Did the Anglicans and Catholics agree on the Eucharist:
A Re-visit of the Anglican-Roman Catholic International
Commission’s Agreed Statements of 1971 and Related Documents
By Colin Buchanan
Eugene, or Pickwick Publications, 2018.
Did the Anglicans and Catholics agree on the Eucharist ? The short answer in this book is No. They didn’t.
The Anglicans and Roman Catholics did not agree on the Eucharist – on eucharistic sacrifice, memorial, ontological change, transubstantiation, real presence, reservation, adoration – or inter-communion.
Anglican bishop and theologian Colin Buchanan’s longer answer, however, takes the reader on an historical and theological journey from the 16th century break in relations, through Archbishop Michael Ramsey and Pope Paul VI’s momentous 1966 encounter, to the now three phases of the Anglican-Roman Catholic International Commission (ARCIC).
His book is thematic. Buchanan does not investigate ministry or authority; he sticks to the Eucharist.
His investigation is based on documents. Before commenting on them, Buchanan conveniently reproduces for the reader the relevant eucharistic texts from the ARCIC documents, preparatory statements, and Vatican and Anglican clarifications.
His book is liturgical. Buchanan continually references the Church of England’s 1662 Book of Common Prayer and subsequent changes, as well as the 16th century Tridentine and post-Vatican II Pauline Masses.
As Joseph Ratzinger, then prefect of the Congregation for Defence of the Faith, wrote of ARCIC I’s final report, the ancient church liturgies are the original interpretations of the biblical heritage. Theology may drift into opinion; liturgy, however, is the living faith of history.
Buchanan agrees: ultimately, ecumenical unity can only come about via liturgy and today the liturgies do not agree.
Never is this more apparent than in his assessment of Eucharist as sacrifice where he notes that “No Anglican liturgy today… could ever say ‘May the Lord accept this sacrifice at your hands’” (p. 170) which was deleted from the Anglican liturgy as early as 1549.
Such an assessment marks a good example of another of Buchanan’s important contributions to the Anglican-Roman Catholic dialogue: his representation of the evangelical wing of Anglicanism. Politically, he points out, ARICIC and ARCIC-related documents often lacked adequate evangelical representation.
But more importantly, theologically, he frequently takes the reader back to the Reformation ideal of scriptural interpretation and the cleansing of the tradition. (He could not disagree more with the much-articulated assessment that the Anglican Church separated for political reasons, not over fundamental points of the faith.)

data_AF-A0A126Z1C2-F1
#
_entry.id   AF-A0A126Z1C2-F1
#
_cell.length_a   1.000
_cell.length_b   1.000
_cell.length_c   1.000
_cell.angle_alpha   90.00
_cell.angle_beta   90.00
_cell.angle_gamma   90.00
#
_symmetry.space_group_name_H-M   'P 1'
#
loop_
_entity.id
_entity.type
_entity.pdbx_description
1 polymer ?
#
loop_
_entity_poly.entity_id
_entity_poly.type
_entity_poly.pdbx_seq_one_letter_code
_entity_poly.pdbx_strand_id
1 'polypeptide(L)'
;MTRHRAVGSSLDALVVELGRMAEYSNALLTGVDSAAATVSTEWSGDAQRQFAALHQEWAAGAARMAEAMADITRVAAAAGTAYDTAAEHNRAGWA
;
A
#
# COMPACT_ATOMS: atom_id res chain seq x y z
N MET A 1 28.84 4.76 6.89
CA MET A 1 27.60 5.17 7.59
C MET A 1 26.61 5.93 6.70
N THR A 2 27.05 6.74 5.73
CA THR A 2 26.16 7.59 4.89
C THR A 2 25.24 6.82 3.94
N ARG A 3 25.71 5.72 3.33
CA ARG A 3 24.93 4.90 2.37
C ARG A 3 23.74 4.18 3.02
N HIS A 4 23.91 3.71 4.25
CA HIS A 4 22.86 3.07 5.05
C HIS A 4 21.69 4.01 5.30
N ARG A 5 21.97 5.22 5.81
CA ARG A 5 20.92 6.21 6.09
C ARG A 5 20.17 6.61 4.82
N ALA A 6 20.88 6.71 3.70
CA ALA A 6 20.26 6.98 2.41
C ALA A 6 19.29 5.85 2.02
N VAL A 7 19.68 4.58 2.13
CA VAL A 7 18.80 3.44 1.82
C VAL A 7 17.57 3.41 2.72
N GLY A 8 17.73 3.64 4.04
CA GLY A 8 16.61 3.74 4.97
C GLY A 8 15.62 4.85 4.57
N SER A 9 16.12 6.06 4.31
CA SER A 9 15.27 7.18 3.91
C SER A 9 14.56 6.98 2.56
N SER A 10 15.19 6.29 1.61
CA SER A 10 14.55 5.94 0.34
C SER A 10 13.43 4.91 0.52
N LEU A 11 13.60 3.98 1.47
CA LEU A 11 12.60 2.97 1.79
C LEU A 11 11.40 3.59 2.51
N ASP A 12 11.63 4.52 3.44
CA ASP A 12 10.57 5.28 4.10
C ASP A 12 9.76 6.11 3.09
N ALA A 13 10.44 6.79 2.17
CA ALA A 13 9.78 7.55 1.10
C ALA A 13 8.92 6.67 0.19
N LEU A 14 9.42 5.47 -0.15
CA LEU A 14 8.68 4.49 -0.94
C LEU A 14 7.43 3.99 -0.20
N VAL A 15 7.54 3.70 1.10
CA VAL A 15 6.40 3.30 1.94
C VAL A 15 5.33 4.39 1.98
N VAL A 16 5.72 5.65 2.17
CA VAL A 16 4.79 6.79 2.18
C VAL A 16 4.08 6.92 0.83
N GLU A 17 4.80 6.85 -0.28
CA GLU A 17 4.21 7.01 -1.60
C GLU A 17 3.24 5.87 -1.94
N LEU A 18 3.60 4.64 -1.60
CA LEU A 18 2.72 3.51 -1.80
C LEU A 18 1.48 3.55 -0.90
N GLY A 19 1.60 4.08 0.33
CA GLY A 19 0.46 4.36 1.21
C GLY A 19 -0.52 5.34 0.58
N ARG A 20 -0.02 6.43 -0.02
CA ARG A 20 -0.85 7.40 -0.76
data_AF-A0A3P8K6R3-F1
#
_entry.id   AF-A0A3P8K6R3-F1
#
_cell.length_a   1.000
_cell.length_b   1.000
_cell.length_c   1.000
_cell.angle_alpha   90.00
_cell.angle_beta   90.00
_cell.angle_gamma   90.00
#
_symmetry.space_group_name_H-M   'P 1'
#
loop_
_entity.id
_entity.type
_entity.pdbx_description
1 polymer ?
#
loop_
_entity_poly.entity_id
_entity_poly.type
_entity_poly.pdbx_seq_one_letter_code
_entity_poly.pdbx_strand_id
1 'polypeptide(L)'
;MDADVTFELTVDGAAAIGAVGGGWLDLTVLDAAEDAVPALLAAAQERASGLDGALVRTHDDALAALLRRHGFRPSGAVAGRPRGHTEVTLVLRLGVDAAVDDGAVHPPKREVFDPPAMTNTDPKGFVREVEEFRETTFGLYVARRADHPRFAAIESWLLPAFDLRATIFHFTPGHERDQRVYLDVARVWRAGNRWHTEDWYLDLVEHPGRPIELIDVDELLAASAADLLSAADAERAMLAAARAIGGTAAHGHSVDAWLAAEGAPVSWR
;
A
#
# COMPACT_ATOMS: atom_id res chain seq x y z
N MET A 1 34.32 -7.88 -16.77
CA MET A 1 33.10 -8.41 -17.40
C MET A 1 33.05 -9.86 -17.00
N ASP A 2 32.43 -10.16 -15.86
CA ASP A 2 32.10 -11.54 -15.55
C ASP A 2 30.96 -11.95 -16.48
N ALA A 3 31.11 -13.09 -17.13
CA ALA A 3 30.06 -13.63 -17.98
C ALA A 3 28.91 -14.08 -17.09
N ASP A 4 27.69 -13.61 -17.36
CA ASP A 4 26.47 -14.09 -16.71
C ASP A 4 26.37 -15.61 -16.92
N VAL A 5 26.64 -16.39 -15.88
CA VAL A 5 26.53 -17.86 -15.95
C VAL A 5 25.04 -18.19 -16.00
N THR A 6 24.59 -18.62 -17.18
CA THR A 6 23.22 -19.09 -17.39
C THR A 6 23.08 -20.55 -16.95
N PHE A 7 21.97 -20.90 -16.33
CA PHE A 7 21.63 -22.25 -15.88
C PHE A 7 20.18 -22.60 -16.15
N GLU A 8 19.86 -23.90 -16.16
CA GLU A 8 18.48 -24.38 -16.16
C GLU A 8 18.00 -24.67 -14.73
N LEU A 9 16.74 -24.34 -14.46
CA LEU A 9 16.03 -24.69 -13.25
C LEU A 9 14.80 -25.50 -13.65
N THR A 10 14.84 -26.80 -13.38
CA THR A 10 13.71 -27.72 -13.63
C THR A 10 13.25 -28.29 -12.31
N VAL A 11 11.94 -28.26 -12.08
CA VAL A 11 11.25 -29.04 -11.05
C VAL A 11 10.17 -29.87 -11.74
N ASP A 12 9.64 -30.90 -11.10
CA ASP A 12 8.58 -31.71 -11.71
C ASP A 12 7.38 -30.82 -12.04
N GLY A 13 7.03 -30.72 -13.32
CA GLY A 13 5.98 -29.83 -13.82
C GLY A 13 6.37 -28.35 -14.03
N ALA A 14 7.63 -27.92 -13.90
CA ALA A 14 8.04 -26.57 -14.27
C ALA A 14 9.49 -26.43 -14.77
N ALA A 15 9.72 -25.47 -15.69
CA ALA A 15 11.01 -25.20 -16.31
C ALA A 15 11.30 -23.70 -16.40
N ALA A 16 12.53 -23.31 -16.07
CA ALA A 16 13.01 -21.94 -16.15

Thus, Buchanan concludes, perhaps because it was an era of enthusiasm and good will, ARCIC I and II overlooked the hardest of questions on the Eucharist, preferring instead “substantial agreement”. Moreover, he continues, it is doubtful whether the authors even knew they had not come to agreement on the Eucharist! (p 152).
In a postscript on the first document produced by ARCIC III, Buchanan opines that Walking Together on the Way: Learning to Be the Church – Local, Regional and Universal, again appears to “deliberately side-line the controversies of the past” including the Eucharist (161).
Buchanan’s view may be too harsh. This erudite and meticulous author has well demonstrated that theologically we’re not there on the Eucharist – nor on ordination or authority. Nevertheless, ARCIC I and II did get the dialogue going, they made admirable progress in the Vatican II call for ecumenism, and using a new vocabulary in a new age they did bring substantial agreement on many aspects of Scripture, Tradition and Liturgy.
Having said that, the perhaps naively longed-for complete Anglican-Roman Catholic reunion has remained far more elusive than may have first been anticipated. ARCIC III – co-chaired by New Zealand Anglican Archbishop Emeritus Sir David Moxon – appears to recognize that former naivete but insists it is time to move on to perhaps an even more trying phase, what Archbishop Ramsey and Pope Paul VI called in 1966 “matters of practical difficulty felt on either side”.
ARCIC III’s first published work starts with the premise that each tradition must attend to its own structures and instruments of communion, but should accompany one another like pilgrim companions on a very rough journey. Having accepted this unity in diversity, it then asks how each can help the other. Through assessment of one another’s church structures, through repentance, and courage, it enquires how Anglicans and Roman Catholics might bring about a new ecumenism of “transformative receptive learning”.
On this new approach to ecumenism Buchanan does not appear to disagree. Though he concludes that ARCIC I and II have not brought about agreement on the Eucharist, he does hold out that the future might. Moreover, he hopes that ARCIC III will show us that “no amount of unease arising from our past” should daunt us from looking “for better eucharistic worship in our lives, to be worked out under the good hand of our God in the years to come” (156).
The Anglican-Roman Catholic dialogue continues.
Daniel J. Stollenwerk, STD, Head of the Faculty of Theology and Philosophy at St. Peter’s College, Auckland, is a long-time member of the Anglican Roman Catholic Conference of Aotearoa New Zealand (ARCCANZ).